• Here’s a great post on Medium by Nik Custodio in which he explains Bitcoin like I’m five. I think the audience level here is rather older than five, but it’s still probably the best explanation of the problems that Bitcoin attempts to solve, and how it solves them, that I’ve seen. (I wasn’t sure whether to file this under “Math” or “Technology” because it’s a lot of both.)

Education

  • If you’ve ever been interested in standards-based grading, you won’t want to miss Kate Owens’ post An Adventure in Standards-Based Calculus where she lays out why, and bits about “how”, she intends to use SBG in her Calculus 2 course this semester. Don’t miss the link to George McNulty’s calc 2 syllabus at the end, which is a great example of how to use SBG in actual practice.
  • Good report…

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January 22, 2014, 7:52 am

How about a little humor in higher education?

logoAre you like me, and think that higher education could benefit from a sense of humor? That we’re hearing lots of dystopian stories about how bad things are but little about what people – individual people – are doing to effect positive change in their situations? If so, you might find this upcoming workshop called There’s Something Funny About Higher Education appealing. Blurb:

This spring, the satirists behind the humor blog The Cronk of Higher Education at CronkNews.com will launch a workshop series “There’s Something Funny about Higher Education” to ignite a spirit of creativity, optimism and humor in the ivory tower.

“We started CronkNews in 2009 with a mission to generate dialogue and healthy laughs about the world of colleges,” said editor-in-chief Leah Wescott. “Poking fun at problems is fun, but making meaningful changes requires a certain skill set.…

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January 19, 2014, 11:00 am

Fixing the wifi situation at academic conferences

WIFIMy innocuous remark about scarce wifi at the Joint Mathematics Meetings yesterday struck a chord with a bunch of people on Twitter. Apparently and unsurprisingly this sort of thing happens at every conference, not just math conferences. So rather than just whine about it, I’d like to propose a solution.

Let’s start with some facts.

1. Wireless internet is not a luxury at an academic conference. Presenters need to be able to access files stored in online repositories like Dropbox. Sometimes internet access is crucial to the presentation itself (like for me on Saturday when I needed to show an example I put on a course website). Most people simply want to be able to access email on their laptops, get work done remotely during downtime, or Skype home to their families at night. This is not something just for screwing around on reddit.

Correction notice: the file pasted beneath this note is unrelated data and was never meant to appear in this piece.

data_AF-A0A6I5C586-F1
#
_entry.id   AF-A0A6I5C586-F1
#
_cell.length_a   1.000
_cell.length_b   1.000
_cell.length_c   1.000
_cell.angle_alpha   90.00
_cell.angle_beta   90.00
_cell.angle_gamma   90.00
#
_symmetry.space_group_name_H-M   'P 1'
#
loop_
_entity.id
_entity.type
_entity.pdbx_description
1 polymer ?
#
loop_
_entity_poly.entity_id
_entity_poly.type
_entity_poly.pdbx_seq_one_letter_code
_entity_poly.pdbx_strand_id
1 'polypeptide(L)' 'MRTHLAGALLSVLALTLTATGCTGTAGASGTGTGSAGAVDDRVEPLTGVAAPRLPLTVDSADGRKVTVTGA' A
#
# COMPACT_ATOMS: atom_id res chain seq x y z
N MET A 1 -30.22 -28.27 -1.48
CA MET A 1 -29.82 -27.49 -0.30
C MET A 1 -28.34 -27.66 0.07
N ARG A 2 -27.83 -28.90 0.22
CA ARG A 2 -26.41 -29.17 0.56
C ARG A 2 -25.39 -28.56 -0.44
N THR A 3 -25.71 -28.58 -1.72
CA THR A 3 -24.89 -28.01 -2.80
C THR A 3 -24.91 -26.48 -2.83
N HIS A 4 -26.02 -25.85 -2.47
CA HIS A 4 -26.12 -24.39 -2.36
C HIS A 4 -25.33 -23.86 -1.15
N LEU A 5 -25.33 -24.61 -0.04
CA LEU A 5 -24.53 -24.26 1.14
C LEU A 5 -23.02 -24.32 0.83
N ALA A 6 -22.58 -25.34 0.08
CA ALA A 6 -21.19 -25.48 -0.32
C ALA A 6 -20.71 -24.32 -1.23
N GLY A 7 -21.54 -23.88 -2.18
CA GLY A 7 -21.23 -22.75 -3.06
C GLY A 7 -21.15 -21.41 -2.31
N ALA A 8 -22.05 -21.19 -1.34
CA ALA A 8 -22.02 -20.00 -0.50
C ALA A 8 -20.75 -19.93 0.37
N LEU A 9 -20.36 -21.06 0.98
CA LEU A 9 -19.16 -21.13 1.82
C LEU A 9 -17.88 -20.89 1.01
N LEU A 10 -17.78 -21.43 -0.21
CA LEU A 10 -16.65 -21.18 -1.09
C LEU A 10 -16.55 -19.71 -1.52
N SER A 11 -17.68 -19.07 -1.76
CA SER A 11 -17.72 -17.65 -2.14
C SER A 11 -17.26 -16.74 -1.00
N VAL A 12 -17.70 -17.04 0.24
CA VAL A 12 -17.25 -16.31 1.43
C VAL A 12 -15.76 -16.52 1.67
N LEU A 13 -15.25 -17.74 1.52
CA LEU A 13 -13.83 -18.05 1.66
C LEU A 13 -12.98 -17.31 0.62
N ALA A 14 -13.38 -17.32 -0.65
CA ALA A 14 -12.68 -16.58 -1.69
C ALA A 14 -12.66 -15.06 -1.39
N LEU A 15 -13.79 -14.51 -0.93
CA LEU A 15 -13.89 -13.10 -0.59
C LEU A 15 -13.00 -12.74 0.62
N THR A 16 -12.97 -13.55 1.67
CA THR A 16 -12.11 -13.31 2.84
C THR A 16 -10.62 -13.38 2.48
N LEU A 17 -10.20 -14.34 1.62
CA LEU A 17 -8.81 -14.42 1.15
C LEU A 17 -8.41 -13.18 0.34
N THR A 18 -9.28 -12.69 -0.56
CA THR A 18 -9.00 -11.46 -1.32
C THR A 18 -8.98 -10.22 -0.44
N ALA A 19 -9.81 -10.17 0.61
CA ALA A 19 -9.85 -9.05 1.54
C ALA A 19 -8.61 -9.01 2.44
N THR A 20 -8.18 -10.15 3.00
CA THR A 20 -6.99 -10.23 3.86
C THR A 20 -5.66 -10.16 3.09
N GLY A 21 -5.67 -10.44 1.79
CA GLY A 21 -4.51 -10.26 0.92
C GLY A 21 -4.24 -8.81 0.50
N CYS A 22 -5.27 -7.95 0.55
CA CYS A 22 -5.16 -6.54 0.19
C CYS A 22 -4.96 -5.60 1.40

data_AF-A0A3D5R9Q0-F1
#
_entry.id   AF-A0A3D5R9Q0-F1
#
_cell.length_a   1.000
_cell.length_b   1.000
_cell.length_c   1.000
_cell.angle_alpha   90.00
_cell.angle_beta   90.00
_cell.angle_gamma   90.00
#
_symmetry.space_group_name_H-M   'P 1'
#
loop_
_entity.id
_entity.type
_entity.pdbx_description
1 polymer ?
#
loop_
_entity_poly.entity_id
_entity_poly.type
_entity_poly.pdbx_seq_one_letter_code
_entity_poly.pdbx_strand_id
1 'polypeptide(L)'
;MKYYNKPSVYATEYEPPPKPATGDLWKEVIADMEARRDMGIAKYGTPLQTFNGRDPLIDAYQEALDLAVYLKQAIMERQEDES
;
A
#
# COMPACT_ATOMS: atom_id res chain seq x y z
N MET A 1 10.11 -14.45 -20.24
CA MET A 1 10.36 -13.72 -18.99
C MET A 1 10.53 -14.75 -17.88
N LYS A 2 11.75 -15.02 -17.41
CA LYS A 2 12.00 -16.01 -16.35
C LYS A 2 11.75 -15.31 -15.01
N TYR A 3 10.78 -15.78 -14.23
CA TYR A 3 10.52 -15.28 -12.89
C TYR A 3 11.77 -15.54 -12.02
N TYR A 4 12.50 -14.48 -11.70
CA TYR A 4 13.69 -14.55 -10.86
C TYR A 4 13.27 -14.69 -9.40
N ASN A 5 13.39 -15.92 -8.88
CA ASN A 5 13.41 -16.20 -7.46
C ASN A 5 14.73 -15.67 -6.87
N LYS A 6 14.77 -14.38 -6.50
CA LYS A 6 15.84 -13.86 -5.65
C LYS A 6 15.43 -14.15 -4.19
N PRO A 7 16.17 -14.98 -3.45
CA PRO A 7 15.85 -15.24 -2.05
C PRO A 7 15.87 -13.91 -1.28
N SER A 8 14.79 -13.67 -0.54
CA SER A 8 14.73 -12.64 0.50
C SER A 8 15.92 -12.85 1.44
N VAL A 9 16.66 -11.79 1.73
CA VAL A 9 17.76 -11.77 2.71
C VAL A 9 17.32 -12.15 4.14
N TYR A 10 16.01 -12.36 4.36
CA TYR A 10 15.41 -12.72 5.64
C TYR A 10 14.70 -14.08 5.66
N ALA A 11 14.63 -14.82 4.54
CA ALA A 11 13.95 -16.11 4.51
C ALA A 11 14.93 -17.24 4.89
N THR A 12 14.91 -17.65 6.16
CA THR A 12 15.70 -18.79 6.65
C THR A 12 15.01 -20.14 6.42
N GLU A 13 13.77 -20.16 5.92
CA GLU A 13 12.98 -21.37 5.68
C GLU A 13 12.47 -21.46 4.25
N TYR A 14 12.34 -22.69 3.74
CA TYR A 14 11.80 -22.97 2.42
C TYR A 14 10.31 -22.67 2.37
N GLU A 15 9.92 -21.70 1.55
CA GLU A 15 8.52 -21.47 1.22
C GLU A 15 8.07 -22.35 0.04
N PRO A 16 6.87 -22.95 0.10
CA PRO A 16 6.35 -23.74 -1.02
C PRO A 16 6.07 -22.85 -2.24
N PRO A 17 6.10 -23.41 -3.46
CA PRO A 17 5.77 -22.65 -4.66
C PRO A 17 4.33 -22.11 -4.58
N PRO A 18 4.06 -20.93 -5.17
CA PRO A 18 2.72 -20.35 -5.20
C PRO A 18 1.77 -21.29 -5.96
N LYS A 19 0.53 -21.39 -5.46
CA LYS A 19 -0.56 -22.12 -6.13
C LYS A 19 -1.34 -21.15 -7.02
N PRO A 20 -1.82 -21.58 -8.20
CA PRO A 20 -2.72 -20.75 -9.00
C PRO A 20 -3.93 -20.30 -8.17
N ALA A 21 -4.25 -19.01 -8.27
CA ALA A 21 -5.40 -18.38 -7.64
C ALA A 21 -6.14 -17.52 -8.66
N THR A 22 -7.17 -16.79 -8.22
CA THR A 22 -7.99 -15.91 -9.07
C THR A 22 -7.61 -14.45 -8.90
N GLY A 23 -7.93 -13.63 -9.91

2. Wireless internet enables conferences to…

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January 18, 2014, 9:10 am

The Joint Meetings: talks, mathematical beauty, and scarce wifi

Greetings from Baltimore, where I am currently at the American Mathematical Society/Mathematical Association of America Joint Meetings. As noted in my last post, this is the Big Annual Meeting for mathematicians. It’s not as juicy as the MLA meetings and I will not be giving  detailed analysis like Tenured Radical gave of the AHA meetings. Mostly this is because somehow I managed to sign up to give four presentations at the Joint Meetings and do another presentation on a Project NExT panel. (What can I say? I have poor impulse control.) So I’ll keep my observations confined to this one post.

What I’ve seen and noticed at the Joint Meetings:

1. Giving five 15-minute presentations at the same conference does not seem like that much work after having done a 90-minute plenary talk and a couple of 6-hour workshops. But it’s too much, because I really haven’t been able to focus on what …

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January 11, 2014, 11:47 am

Flashback: Unsolicited advice about interviews at the Joint Meetings

I first published the post below about two years ago, just before the Joint Mathematics Meetings in Boston. I had forgotten that I wrote it until this week, when someone — I’m assuming a job candidate headed to the Joint Meetings this year — emailed me about it. The Joint Meetings are about to begin again this coming week in Baltimore, so I thought it would be fun and possibly useful to bump it to the present.

After two years, I really don’t have much to add to what I said in the original post. The only things I might change to the original are that I’d probably use Evernote (one notebook per opening, and a tag of #job or something) instead of VoodooPad to keep track of job openings; and that I think interviewees should ask pointed questions to the institutions about their (the institutions’) vision for higher ed in the next 25 years. The landscape of higher ed is too much in flux …